Brighter Horizon: Decline in Oilpatch Bankruptcies Offers Hope for Alberta's Orphan Well Challenges

In a notable shift for Alberta's oil and gas sector, higher commodity prices are proving to be a game-changer, ushering in a period of financial stability after years of persistent challenges. The province, once plagued by corporate insolvencies fueled by low commodity prices, is now experiencing a rare trend – a decline in the number of companies failing. This shift is not only reshaping the economic landscape but is also offering relief to Alberta's orphan well dilemma.

With fewer companies facing insolvency, the province is witnessing a corresponding reduction in the abandonment of assets, a situation that often results in environmental and safety hazards. The orphan well problem, a consequence of companies relinquishing assets in the face of financial difficulties, has long been a concern. When companies fail, numerous oil and gas wells, along with facilities and pipelines, are left ownerless, necessitating cleanup efforts.

Lars DePauw, the executive director of the Orphan Well Association, an industry-funded organization, highlights the significant impact of this trend. "If we're not having receiverships, the number of orphans goes down dramatically," he explains. The organization, currently facing an inventory of 1,987 orphan wells for decommissioning, underscores the importance of the financial rebound in mitigating environmental risks.

Decommissioning a well averages around $35,000, while reclaiming a site averages $24,000, with costs varying based on factors such as size, age, and complexity. As Alberta experiences a decline in oil and gas insolvencies, industry professionals, including insolvency lawyers, point to the surge in commodity prices as the driving force behind this positive change.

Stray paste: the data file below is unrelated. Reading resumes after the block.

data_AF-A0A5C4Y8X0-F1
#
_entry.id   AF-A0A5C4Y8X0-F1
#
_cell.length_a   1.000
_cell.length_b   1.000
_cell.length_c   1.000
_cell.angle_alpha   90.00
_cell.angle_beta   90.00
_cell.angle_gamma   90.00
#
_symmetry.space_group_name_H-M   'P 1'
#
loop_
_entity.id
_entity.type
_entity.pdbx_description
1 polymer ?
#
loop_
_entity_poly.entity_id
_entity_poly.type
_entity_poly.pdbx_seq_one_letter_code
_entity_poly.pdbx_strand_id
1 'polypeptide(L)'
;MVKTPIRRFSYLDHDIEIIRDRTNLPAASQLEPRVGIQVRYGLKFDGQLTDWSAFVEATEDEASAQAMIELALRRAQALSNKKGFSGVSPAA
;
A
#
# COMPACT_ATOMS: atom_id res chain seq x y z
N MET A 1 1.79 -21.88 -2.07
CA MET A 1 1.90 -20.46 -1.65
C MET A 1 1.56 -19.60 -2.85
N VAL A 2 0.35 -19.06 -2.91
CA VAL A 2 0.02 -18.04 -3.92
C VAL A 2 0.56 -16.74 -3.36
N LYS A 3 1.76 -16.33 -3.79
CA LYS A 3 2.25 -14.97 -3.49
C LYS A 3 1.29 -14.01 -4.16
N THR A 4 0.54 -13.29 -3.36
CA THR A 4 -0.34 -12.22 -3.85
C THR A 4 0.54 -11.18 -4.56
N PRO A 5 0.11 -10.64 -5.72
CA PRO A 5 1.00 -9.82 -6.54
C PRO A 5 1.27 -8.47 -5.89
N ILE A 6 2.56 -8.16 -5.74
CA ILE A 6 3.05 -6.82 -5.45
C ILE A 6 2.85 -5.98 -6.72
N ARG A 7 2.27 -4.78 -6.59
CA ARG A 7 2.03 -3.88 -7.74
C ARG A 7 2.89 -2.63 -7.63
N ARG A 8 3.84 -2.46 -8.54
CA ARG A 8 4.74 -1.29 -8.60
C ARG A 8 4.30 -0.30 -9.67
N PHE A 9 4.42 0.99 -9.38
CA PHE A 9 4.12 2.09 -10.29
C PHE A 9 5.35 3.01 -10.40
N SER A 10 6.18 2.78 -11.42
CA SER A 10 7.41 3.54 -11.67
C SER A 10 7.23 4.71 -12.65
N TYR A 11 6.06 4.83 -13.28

The shift marks a departure from the challenging era that began in 2014, marked by an oilpatch downturn triggering a wave of insolvencies and a surge in orphaned wells. While the situation reached its peak in 2018, subsequent years continued to pose financial struggles for many companies. However, the recent surge in commodity prices, driven in part by geopolitical events such as the Ukraine war, has resulted in record-breaking profits for companies. These windfalls are being used to reward shareholders and rapidly reduce debts, ushering in a more stable and optimistic chapter for Alberta's oil and gas sector.

A significant shift in mindset among oil and gas executives is reshaping the dynamics of Alberta's energy sector, with a newfound aversion to heavy debt becoming a prevailing sentiment. Jeremy McCrea, Managing Director of Energy Research at Raymond James, notes this fundamental change, stating, "We do not want to employ nearly as much debt as we once had." This strategic shift is a key contributor to the decline in corporate insolvencies, marking a departure from the era of persistent financial challenges.

Beyond financial considerations, the reduction in insolvencies can also be attributed to a fundamental change in the industry landscape. The decline is, in part, due to the consolidation of smaller companies, with many junior oil and gas firms either closing or being acquired by larger entities. Kelsey Meyer, a partner with Bennett Jones LLP, explains that the absence of a new wave of junior companies has contributed to the overall decrease in insolvencies.

This transformation has yielded a leaner industry where surviving companies are experiencing robust profits and adopting a cautious approach to spending. The industry's financial health is further bolstered by a decrease in orphaned wells, a longstanding environmental concern arising from corporate insolvencies.